Two Baby Planets May Be Playing Hide-and-Seek in Distant Star System

Key Points:

  • Astronomers have discovered a second shadow between observations stored in the Hubble’s MAST archive.
  • The shadow could be from another disk nestled inside the system, and there are likely a pair of planets under construction.
  • The disks may be proxies for planets that are lapping each other as they whirl around the star.

Have you ever looked up at the sky and wondered what’s happening up there? A group of astronomers is working hard to find answers. In 2017, they found a shadow sweeping across a gas-and-dust disk around a red dwarf star in the TW Hydrae system. Recently, they discovered a second shadow peeking out from the system. The shadows are evidence of two disks, likely formed by a pair of planets under construction.

The TW Hydrae system is less than 10 million years old and is about 200 light-years away. The system is tilted nearly face-on to our view from Earth, which makes it a great target for studying planetary formation. The second shadow was discovered in June 2021 by comparing the TW Hydrae disk to Hubble observations made several years ago.

The astronomers haven’t found direct evidence of a planet yet, but they can rule out planets more massive than Jupiter. The best solution identified is that two misaligned disks are casting shadows. The simplest explanation is that the misaligned disks are likely caused by the gravitational pull of two planets in slightly different orbital planes.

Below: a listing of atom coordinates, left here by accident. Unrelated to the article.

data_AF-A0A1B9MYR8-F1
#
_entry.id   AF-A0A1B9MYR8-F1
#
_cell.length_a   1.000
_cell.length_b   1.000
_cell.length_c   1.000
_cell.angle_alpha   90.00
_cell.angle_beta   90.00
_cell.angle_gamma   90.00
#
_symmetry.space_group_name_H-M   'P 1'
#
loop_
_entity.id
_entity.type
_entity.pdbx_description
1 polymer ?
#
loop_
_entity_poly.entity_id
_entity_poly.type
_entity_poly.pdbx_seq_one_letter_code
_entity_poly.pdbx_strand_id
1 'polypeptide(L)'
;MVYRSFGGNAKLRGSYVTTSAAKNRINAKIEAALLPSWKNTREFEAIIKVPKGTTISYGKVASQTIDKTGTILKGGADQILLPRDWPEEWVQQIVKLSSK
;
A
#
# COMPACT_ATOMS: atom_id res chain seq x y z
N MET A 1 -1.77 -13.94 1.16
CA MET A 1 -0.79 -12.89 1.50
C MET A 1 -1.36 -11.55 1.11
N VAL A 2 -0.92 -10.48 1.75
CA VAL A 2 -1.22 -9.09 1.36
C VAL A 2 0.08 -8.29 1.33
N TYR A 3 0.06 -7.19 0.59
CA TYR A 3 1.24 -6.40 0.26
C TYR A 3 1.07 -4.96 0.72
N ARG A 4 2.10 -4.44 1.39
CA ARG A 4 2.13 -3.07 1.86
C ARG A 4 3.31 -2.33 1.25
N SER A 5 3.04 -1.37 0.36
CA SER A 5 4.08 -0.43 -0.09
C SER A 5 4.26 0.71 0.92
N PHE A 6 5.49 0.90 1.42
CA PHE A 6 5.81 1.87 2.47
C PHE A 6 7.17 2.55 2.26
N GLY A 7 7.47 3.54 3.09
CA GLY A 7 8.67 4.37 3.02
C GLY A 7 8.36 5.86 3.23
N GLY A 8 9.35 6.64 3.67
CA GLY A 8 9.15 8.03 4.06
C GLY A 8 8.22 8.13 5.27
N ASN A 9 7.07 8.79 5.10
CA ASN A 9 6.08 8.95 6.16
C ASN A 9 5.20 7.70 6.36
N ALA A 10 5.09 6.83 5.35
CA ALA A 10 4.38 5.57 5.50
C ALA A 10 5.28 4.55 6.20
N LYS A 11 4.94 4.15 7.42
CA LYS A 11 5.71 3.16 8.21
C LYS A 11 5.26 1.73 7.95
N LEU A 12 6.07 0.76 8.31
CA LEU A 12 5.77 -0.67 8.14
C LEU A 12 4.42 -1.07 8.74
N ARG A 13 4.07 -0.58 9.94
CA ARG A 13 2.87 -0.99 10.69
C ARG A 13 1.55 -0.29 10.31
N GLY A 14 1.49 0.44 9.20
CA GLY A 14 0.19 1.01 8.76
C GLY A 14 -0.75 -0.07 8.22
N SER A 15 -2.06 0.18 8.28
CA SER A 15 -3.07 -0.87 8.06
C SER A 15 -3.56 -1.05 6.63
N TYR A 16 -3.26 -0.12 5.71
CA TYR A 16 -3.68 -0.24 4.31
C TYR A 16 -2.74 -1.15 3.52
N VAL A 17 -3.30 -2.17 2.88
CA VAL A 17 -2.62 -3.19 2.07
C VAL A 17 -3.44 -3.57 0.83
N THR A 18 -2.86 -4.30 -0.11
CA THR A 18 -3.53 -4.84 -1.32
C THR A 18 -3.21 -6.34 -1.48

The suspected planets are located roughly the distance of Jupiter from our Sun. The shadows complete one rotation around the star about every 15 years. These two inner disks are inclined about five to seven degrees relative to the plane of the outer disk, comparable to the range of orbital inclinations inside our solar system.

The outer disk that the shadows are falling on may extend as far as several times the radius of our solar system’s Kuiper belt. This larger disk has a curious gap at twice Pluto’s average distance from the Sun, which may be evidence for a third planet in the system. Inner planets would be difficult to detect because their light would be lost in the glare of the star, and dust in the system would dim their reflected light.

While the astronomers continue to study the TW Hydrae system, we can enjoy the mystery of what’s happening in the skies above. The Hubble Space Telescope and the upcoming James Webb Space Telescope’s infrared vision may help show us even more details in the future!

The material in this press release comes from the originating research organization. Content may be edited for style and length. Want more? Sign up for our daily email.